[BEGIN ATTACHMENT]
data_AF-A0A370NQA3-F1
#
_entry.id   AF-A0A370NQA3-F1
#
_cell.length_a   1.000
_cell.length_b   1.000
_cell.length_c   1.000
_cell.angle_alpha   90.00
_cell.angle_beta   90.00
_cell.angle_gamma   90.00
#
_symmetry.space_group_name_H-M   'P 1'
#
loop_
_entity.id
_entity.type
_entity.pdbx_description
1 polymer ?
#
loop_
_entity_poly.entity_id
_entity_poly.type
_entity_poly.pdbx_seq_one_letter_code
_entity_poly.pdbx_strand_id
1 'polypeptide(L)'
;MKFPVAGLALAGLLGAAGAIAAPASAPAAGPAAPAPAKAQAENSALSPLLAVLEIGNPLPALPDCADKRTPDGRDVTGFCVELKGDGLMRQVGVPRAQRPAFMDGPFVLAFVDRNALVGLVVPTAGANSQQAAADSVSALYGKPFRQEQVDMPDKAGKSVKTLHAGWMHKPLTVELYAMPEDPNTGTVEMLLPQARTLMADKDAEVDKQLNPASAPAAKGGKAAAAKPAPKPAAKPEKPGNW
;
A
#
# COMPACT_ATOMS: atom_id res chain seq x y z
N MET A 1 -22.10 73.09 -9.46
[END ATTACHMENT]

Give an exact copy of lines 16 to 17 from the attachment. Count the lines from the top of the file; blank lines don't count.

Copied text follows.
_entity.type
_entity.pdbx_description